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Apeksha Bagchi

IWB Blogger

Wildlife Photographer And School Teacher Pallavi Sarkar On Her Most Famous Captures

  • IWB Post
  •  September 14, 2018

 

A High school teacher and mother of one, 37-year-old Pallavi Sarkar is a ‘ocassional’ wildlife photographer. Yep, she plans her shoots in accordance with her school schedule and gives her passion equal priority in her life. Her mastery in art was noticed by the likes of National Geographic, New York Post, and BBC.

It was the unique picture of a monkey that she had clicked which piqued the interest of BBC two years ago.

“I was in Bandipur National Park with my family,” she recalled. “A young macaque had just landed on the hood of a vehicle in front of us. He was playing about, and at one point, he noticed the rear view mirror.” As he continued his antics, Pallavi managed to capture the unique moment.

Pallavi Sarkar

“He started by just looking at the mirror. And then, the way his expressions changed… first he just peeked a little, then he looked into it deeply, and finally, he just kissed his reflection,” she said. “I was in the vehicle behind. For the longest time, I couldn’t even see the macaque: just his reflection on that mirror. But I eventually found a vantage point.”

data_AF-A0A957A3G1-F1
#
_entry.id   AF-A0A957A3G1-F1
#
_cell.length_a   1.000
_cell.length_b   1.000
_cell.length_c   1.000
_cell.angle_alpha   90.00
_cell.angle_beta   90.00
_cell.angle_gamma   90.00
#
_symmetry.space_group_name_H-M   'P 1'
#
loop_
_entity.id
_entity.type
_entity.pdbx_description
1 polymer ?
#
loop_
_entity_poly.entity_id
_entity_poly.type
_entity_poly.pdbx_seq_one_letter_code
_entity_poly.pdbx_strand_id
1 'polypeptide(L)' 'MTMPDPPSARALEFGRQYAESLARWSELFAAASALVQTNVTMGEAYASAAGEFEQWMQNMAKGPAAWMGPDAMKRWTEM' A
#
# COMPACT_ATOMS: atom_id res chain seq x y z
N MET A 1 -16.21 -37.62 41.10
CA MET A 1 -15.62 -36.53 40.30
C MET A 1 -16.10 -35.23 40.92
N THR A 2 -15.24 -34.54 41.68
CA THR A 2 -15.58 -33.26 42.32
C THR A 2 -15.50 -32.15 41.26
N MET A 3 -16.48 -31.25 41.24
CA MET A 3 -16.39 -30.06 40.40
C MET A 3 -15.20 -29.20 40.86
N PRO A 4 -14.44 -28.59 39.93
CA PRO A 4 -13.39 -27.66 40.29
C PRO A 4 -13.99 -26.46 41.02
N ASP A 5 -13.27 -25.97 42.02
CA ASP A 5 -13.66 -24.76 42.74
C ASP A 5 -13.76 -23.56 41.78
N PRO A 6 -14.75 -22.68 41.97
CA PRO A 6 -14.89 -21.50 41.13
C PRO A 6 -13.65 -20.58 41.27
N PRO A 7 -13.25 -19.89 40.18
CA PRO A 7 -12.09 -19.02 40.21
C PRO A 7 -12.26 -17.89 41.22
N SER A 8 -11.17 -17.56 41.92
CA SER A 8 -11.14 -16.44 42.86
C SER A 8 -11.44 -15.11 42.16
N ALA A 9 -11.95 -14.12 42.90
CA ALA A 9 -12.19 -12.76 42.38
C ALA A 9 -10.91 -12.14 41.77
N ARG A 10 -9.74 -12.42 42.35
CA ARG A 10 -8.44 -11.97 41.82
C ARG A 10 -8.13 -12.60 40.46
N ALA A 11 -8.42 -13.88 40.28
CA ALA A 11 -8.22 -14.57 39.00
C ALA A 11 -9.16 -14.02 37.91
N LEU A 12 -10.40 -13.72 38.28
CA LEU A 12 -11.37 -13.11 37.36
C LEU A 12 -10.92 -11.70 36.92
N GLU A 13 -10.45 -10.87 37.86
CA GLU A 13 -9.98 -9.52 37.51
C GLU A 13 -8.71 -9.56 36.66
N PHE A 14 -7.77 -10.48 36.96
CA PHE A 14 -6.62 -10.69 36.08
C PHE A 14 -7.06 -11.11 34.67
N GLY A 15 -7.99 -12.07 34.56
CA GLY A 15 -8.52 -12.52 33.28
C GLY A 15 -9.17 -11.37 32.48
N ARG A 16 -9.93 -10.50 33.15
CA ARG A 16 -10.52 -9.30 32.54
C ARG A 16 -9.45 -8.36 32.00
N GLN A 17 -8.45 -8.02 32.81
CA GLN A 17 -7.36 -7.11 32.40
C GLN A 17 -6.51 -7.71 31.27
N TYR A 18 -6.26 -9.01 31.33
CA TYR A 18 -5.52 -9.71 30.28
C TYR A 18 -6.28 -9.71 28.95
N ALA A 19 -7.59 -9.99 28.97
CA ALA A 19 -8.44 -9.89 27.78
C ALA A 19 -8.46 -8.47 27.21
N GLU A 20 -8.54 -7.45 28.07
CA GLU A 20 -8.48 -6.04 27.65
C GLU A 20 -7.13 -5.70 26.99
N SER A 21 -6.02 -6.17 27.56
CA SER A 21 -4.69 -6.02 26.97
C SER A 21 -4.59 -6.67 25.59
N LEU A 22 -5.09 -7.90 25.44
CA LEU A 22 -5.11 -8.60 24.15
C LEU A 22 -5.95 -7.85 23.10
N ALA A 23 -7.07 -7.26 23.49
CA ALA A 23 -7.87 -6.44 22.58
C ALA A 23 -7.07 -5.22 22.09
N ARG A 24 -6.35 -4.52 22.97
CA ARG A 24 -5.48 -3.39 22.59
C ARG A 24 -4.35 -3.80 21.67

After BBC came the New York Post, and then National Geographic which featured her photographs in its ‘best bird photography’ shortlist two years in a row.

Pallavi Sarkar

“National Geographic focusses only on the birds, among all the photographs I take,” states Pallavi. “I find bird photography extremely challenging and engaging. You need a different frame of mind as everything is so unpredictable. You don’t know what the subject will do next or how it will react. It’s a game of trust and patience, as it involves moving close to the subject to get a perfect image.”

Pallavi Sarkar

Although she had never taken any formal training in photography, mentors like Marzook Mohammed and Masood Hussain gave her the much-needed guidance. Also, she prefers to do her homework before she starts her shoot.  “I make it a point to read about the local fauna before I visit any place,” she said.

While her camera boasts of thousands of pictures till date, she barely has pictures of herself. “I don’t need to be seen,” she said. “My photographs speak for me.”

H/T: The Hindu 

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